(Photograph courtesy of Tonbridge Historical Society)
Local historian, Pam Mills, gave a lively talk, packed with interesting facts on Tonbridge during WW1.
Pam began her talk by informing us that Tonbridge in 1913 was a
town full of ne'er-do-wells. When the prospect of war became imminent Tonbridge very quickly turned into a place full of upstanding and patriotic inhabitants, with 3,000 men signing up out of a total population of 15,000. We were given many interesting
facts about these recruits, such as Tonbridge born Harry Webber being one of the oldest recruits to join the army at the age of 67 and Philip Hobden being the first Tonbridge citizen to fall on 23 August 1914.
to Tonbridge being a railway town on the line to the channel ports it was strategically placed to provide medical care to the wounded. We learnt about the medical facilities provided for casualties, such as Quarry Hill House (later to become Fosse Bank School)
at the top of Quarry Hill Road, which was used as an auxiliary hospital and staffed by local VAD’s. Tonbridge School sanatorium, off Dernier Road, was used as an interim medical centre while conversion work was being completed on Quarry Hill House. Many
of the casualties were French and Belgium citizens and 28 of these servicemen died in Tonbridge and are buried in our local cemetery. The Wesleyan School on Barden Road became a triage centre for the wounded. Again, due to the railway, Tonbridge became a training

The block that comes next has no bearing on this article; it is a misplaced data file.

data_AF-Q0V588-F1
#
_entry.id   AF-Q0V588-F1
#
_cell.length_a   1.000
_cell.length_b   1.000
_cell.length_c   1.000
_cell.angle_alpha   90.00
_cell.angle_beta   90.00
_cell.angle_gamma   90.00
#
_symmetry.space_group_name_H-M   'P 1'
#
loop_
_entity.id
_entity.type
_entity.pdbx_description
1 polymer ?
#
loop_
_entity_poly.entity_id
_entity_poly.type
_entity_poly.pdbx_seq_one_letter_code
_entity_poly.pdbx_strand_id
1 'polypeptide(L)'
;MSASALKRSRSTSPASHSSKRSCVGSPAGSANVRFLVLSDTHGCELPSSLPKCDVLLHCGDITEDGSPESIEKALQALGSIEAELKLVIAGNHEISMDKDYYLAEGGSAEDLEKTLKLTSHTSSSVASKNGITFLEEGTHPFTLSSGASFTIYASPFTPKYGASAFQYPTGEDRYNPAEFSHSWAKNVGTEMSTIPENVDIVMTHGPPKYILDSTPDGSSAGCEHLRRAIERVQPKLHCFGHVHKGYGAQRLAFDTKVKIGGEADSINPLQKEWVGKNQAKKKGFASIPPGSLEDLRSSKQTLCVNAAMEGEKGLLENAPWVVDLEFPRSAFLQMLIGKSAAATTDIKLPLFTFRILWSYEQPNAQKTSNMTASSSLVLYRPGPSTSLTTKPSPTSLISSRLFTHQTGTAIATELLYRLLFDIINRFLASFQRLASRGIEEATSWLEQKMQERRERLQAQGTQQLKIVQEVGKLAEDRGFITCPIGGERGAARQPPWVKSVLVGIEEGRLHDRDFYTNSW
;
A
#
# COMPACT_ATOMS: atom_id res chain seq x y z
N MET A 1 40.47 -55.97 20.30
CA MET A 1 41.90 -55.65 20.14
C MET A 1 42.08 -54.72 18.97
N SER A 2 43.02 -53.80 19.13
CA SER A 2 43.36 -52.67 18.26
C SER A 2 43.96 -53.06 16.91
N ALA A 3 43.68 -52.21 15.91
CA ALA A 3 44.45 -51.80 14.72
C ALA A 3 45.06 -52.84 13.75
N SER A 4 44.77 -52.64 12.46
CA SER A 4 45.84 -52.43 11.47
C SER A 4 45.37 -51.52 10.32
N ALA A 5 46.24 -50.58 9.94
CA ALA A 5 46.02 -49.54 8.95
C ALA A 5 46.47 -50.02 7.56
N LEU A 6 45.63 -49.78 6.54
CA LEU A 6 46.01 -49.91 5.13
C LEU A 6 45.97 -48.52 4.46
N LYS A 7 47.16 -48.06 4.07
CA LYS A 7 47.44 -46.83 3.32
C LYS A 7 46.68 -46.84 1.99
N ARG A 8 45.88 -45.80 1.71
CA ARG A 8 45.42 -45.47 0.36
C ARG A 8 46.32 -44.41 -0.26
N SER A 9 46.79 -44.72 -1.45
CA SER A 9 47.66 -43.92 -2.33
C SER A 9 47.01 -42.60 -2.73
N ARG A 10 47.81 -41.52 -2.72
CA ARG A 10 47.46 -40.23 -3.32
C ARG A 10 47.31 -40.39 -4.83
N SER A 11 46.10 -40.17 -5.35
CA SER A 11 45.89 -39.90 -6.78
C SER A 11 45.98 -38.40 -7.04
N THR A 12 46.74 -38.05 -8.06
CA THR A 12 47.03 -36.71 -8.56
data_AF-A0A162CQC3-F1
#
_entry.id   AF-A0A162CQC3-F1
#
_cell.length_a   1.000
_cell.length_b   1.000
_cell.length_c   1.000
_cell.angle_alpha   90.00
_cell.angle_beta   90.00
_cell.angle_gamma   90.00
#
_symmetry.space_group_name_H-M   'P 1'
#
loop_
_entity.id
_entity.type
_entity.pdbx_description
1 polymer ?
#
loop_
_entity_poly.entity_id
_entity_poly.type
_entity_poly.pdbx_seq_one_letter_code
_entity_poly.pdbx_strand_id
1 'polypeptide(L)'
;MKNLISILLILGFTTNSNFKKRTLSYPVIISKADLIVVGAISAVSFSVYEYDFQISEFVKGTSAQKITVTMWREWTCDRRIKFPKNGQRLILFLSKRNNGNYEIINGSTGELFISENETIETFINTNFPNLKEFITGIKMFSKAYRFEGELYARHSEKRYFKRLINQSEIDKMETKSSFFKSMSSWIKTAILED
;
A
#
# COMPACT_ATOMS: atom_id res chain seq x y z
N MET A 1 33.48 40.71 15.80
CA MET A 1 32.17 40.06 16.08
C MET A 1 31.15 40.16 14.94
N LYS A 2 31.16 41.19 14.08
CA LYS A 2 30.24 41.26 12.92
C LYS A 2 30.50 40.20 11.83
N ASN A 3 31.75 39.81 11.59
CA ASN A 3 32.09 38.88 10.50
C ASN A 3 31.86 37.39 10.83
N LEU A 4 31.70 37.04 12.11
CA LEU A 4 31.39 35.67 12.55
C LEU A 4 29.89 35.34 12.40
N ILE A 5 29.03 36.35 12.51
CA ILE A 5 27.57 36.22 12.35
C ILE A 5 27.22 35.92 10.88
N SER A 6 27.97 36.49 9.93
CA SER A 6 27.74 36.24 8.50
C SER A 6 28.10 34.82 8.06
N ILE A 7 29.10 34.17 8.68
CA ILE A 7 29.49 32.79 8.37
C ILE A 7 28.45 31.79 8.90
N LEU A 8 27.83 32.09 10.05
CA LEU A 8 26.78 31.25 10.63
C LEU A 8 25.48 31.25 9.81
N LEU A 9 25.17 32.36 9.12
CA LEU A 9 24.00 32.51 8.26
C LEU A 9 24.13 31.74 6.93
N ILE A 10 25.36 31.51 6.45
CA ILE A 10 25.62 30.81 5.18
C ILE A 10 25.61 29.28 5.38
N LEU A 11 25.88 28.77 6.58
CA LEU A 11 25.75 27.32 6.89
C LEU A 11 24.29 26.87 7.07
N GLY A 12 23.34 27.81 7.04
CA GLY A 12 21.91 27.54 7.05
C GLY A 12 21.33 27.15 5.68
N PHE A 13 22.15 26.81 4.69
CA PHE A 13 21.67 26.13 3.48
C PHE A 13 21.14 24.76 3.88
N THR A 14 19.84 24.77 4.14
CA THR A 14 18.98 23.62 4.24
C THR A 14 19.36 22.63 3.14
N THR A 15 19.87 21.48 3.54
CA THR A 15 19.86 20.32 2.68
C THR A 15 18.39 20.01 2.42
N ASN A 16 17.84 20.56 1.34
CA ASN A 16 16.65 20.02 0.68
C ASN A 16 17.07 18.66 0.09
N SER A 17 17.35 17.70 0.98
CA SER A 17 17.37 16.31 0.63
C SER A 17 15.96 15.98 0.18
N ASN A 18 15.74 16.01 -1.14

area for regiments en route to the front, with troops being billeted at various locations in the town.
Although the war ended on 11 November 1918 the Treaty of Versailles was signed on 28 June 1919 and a number
of events relating to the war took place in Tonbridge during that year. A Peace Party was held on 19 July to commemorate the end of the war, followed by a Children’s Treat Day on 7 August. Tonbridge took delivery of a WW1 tank on 29 July 1919. Most towns
were given their own tanks not only to commemorate the war and but more importantly to solve the country’s dilemma in disposing of the thousands of tanks used in France. Our tank arrived by rail and was driven by the army up the High Street flanked by
cheering crowds to the Castle grounds. It remained there until 1938 when it was scrapped and used for the manufacture of WW2 munitions.
A brilliant talk that lasted almost an hour, but one which I could have continued
listening to for longer.